Thanks to everyone who responded on my previous post about G+, and to Alex for blogging. (And other Alex.) There were a pretty wide range of responses from "Let it burn!!!" to actual grieving for something lost. It's interesting to see the very different experiences that people had with that damn Social Media Thing.
I suppose that since everyone else was willing to speak, I should be too.
I miss it but I don't.
G-Plus was dying for me for a long time, from hundreds of small cuts that most of you didn't see. For me G-Plus is tied up with the blog and the books and everything else and my attitude towards it is a mirror of my attitude towards them.
That attitude is; tired, alienated, ambivalent and caked over with bitter secrets. I've had so many bad/weird/troubling interactions with that system and that community, most of which you will never, ever hear about. Being very-mildly successful in a small 'community', or being perceived as such, is awful. I've gotten a very clear look at the disturbing mixture of insane drama and extremely narrow but intense perceived power that slowly drove Zak insane, or just cracked open the narcissism and rage that was already there.
So for me, watching the towers of G+ burn was like hearing about the destruction of a city that I fled months, or even years ago. I'm a little sad for the 'good times', Flailsnails, Constantcon and the period of relative stability and sanity leading up the the first big Summer of Hate in 2015. After that it slowly decayed. Then the Trump election in late 2016 really started to drive almost all the Americans online fucking nuts in one way or another. That dark energy seeped slowly into every interaction. Then came the initially-slow but then-precipitous collapse, and finally the Ultimate Doom in early 2019.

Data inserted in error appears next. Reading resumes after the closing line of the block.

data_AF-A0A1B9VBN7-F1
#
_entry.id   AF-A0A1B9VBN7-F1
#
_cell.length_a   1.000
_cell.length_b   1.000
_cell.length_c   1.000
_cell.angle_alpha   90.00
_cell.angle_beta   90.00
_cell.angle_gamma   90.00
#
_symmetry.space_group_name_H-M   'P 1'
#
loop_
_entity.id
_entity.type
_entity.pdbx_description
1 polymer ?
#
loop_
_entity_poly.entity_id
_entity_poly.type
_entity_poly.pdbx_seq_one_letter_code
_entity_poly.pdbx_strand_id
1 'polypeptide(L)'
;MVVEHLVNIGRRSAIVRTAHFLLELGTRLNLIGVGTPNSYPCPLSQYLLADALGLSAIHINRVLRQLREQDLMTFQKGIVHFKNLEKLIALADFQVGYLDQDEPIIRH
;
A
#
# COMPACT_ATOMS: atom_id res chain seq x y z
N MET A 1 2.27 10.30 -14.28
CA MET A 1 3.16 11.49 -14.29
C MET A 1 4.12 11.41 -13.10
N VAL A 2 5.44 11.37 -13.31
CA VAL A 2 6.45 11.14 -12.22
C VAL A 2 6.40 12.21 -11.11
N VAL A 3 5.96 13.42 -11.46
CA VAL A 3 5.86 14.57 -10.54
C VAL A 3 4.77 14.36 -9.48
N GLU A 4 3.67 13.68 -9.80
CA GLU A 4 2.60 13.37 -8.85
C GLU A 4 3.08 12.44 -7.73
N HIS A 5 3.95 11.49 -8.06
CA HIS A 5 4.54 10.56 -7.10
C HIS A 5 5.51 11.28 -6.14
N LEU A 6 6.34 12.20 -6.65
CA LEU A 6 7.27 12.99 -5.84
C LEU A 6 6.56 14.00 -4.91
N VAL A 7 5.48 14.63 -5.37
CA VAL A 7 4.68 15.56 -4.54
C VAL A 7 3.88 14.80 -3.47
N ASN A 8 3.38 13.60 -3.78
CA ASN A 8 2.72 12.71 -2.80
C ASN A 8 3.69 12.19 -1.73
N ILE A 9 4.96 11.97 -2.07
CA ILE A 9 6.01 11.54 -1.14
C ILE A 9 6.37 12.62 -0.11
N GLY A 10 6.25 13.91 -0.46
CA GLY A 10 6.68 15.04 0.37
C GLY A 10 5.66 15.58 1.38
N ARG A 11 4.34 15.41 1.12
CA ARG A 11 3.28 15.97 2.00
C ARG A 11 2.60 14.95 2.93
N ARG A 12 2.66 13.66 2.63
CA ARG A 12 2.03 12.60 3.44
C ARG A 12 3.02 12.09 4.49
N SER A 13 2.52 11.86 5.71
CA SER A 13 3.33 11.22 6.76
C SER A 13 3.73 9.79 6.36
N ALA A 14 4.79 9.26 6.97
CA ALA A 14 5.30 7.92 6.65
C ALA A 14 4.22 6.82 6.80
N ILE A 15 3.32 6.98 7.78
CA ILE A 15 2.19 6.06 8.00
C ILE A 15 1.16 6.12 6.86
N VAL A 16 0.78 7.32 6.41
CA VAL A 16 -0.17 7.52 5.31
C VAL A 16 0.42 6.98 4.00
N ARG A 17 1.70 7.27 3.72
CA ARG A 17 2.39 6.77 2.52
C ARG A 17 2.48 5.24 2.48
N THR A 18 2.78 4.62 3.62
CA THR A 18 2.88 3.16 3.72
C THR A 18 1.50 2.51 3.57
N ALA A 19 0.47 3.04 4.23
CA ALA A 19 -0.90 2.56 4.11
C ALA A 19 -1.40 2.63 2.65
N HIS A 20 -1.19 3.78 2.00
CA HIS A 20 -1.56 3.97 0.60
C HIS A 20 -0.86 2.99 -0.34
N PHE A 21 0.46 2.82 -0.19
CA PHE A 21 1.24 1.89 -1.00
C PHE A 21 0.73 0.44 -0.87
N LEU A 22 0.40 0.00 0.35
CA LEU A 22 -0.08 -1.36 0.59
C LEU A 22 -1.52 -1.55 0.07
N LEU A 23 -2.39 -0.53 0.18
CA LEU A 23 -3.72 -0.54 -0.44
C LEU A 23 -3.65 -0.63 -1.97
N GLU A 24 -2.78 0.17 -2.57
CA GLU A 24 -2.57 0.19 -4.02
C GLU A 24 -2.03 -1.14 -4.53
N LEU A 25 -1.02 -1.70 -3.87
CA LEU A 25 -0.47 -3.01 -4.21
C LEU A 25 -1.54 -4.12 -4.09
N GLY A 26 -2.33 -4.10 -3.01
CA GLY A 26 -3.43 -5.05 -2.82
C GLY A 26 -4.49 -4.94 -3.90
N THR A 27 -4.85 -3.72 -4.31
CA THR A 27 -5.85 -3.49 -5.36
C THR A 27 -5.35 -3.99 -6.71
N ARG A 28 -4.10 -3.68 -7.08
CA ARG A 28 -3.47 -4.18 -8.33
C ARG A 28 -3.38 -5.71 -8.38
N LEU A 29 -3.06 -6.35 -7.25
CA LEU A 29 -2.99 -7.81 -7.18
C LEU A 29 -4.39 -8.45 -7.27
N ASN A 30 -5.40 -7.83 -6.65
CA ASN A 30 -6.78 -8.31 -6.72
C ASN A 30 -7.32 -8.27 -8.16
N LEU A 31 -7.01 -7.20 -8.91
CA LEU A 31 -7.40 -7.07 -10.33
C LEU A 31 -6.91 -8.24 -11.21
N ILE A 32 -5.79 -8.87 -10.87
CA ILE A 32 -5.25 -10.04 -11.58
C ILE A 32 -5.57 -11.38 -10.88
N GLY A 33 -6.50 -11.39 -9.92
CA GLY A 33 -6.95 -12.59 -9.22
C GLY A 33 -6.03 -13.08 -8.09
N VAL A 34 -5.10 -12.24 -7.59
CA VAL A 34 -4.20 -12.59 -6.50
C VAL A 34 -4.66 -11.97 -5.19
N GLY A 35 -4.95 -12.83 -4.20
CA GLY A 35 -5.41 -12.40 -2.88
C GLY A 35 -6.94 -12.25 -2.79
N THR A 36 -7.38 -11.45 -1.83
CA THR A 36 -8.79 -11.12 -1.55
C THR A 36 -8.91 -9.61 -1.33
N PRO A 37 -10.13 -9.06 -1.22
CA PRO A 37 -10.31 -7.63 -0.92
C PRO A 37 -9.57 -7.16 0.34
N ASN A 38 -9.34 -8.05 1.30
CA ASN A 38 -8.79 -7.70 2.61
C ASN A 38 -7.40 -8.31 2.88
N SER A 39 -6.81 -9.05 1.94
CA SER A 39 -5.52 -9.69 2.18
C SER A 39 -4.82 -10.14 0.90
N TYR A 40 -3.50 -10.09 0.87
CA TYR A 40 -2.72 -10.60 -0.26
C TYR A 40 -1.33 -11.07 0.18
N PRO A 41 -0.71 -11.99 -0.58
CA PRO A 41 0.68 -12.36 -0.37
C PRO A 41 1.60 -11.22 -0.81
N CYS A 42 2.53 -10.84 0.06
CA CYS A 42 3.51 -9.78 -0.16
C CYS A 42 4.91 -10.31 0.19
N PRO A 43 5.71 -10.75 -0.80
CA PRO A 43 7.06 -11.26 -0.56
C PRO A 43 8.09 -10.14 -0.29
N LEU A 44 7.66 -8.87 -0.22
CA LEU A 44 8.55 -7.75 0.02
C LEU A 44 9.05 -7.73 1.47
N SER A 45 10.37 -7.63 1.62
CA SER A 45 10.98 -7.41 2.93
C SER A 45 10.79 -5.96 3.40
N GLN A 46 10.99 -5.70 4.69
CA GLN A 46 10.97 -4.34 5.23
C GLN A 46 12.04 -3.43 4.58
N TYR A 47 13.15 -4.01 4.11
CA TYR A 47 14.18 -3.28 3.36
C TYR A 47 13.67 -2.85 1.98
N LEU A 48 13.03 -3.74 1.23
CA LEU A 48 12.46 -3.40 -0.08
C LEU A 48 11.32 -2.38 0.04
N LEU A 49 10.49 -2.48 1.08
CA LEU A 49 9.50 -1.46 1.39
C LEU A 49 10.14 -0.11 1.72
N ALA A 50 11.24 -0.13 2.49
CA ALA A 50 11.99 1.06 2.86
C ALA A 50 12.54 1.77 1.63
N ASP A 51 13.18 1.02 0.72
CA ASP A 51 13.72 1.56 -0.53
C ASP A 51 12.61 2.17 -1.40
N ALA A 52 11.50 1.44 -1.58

It was a hell of a thing really.
I think I just felt relief for it being gone to be honest.
The world is changing, or fracturing into sub-worlds, and I don't really feel any deep kinship or what Brendan might call 'Communal Sharing' relationships with any of them. I find myself just as placeless and other as I was before blogging and G+, though not quite as directionless.
I try to keep comparing my state of being to how I felt just before I left my last major call-centre job, when my suicidal ideation was vivid, intense and daily. My life now is certainly better than it was then. I'm not happy, but I don't feel as bad as that.
David thinks any idea of online community is a category error. Perhaps, but I have no talent for speaking to my neighbours and am way too far along the scale for some kind of cognitive oddness to easily make friends with actual people. I like making things, its my primary means of being around other people really, so I will probably keep doing it. I have very little choice. It's this or the call-centre.